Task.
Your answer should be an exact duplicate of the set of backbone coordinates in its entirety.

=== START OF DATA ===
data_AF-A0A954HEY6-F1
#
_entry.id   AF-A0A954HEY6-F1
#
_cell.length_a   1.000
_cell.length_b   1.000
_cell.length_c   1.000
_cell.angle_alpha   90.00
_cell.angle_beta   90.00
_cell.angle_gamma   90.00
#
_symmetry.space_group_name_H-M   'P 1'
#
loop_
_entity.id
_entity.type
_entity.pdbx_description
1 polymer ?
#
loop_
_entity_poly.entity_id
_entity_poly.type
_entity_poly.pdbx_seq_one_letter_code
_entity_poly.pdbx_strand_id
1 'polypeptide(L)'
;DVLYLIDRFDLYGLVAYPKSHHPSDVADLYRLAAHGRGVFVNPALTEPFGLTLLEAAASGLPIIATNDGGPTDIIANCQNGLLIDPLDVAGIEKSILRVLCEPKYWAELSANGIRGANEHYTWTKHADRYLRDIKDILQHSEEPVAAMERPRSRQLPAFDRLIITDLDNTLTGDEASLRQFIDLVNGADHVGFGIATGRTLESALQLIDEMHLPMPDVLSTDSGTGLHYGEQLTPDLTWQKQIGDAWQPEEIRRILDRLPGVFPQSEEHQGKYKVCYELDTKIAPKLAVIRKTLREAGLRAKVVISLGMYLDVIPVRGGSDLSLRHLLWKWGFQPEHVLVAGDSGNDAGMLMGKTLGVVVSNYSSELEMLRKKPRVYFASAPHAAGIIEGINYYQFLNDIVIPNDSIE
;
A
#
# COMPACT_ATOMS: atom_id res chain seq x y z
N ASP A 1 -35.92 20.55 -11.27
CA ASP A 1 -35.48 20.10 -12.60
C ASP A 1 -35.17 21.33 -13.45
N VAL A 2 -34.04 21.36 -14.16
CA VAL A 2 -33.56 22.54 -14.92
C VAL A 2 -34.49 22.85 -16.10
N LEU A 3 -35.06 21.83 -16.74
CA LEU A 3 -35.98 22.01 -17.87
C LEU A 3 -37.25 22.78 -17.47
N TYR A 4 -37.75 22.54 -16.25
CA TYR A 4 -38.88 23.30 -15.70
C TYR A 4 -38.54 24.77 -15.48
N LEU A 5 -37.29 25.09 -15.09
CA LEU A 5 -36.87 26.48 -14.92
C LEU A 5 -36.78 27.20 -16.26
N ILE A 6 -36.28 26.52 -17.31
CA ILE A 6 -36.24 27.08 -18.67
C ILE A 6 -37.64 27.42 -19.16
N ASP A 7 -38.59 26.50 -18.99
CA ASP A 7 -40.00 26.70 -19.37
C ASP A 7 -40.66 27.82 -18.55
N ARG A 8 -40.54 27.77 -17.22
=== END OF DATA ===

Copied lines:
data_AF-A0A954HEY6-F1
#
_entry.id   AF-A0A954HEY6-F1
#
_cell.length_a   1.000
_cell.length_b   1.000
_cell.length_c   1.000
_cell.angle_alpha   90.00
_cell.angle_beta   90.00
_cell.angle_gamma   90.00
#
_symmetry.space_group_name_H-M   'P 1'
#
loop_
_entity.id
_entity.type
_entity.pdbx_description
1 polymer ?
#
loop_
_entity_poly.entity_id
_entity_poly.type
_entity_poly.pdbx_seq_one_letter_code
_entity_poly.pdbx_strand_id
1 'polypeptide(L)'
;DVLYLIDRFDLYGLVAYPKSHHPSDVADLYRLAAHGRGVFVNPALTEPFGLTLLEAAASGLPIIATNDGGPTDIIANCQNGLLIDPLDVAGIEKSILRVLCEPKYWAELSANGIRGANEHYTWTKHADRYLRDIKDILQHSEEPVAAMERPRSRQLPAFDRLIITDLDNTLTGDEASLRQFIDLVNGADHVGFGIATGRTLESALQLIDEMHLPMPDVLSTDSGTGLHYGEQLTPDLTWQKQIGDAWQPEEIRRILDRLPGVFPQSEEHQGKYKVCYELDTKIAPKLAVIRKTLREAGLRAKVVISLGMYLDVIPVRGGSDLSLRHLLWKWGFQPEHVLVAGDSGNDAGMLMGKTLGVVVSNYSSELEMLRKKPRVYFASAPHAAGIIEGINYYQFLNDIVIPNDSIE
;
A
#
# COMPACT_ATOMS: atom_id res chain seq x y z
N ASP A 1 -35.92 20.55 -11.27
CA ASP A 1 -35.48 20.10 -12.60
C ASP A 1 -35.17 21.33 -13.45
N VAL A 2 -34.04 21.36 -14.16
CA VAL A 2 -33.56 22.54 -14.92
C VAL A 2 -34.49 22.85 -16.10
N LEU A 3 -35.06 21.83 -16.74
CA LEU A 3 -35.98 22.01 -17.87
C LEU A 3 -37.25 22.78 -17.47
N TYR A 4 -37.75 22.54 -16.25
CA TYR A 4 -38.88 23.30 -15.70
C TYR A 4 -38.54 24.77 -15.48
N LEU A 5 -37.29 25.09 -15.09
CA LEU A 5 -36.87 26.48 -14.92
C LEU A 5 -36.78 27.20 -16.26
N ILE A 6 -36.28 26.52 -17.31
CA ILE A 6 -36.24 27.08 -18.67
C ILE A 6 -37.64 27.42 -19.16
N ASP A 7 -38.59 26.50 -18.99
CA ASP A 7 -40.00 26.70 -19.37
C ASP A 7 -40.66 27.82 -18.55
N ARG A 8 -40.54 27.77 -17.22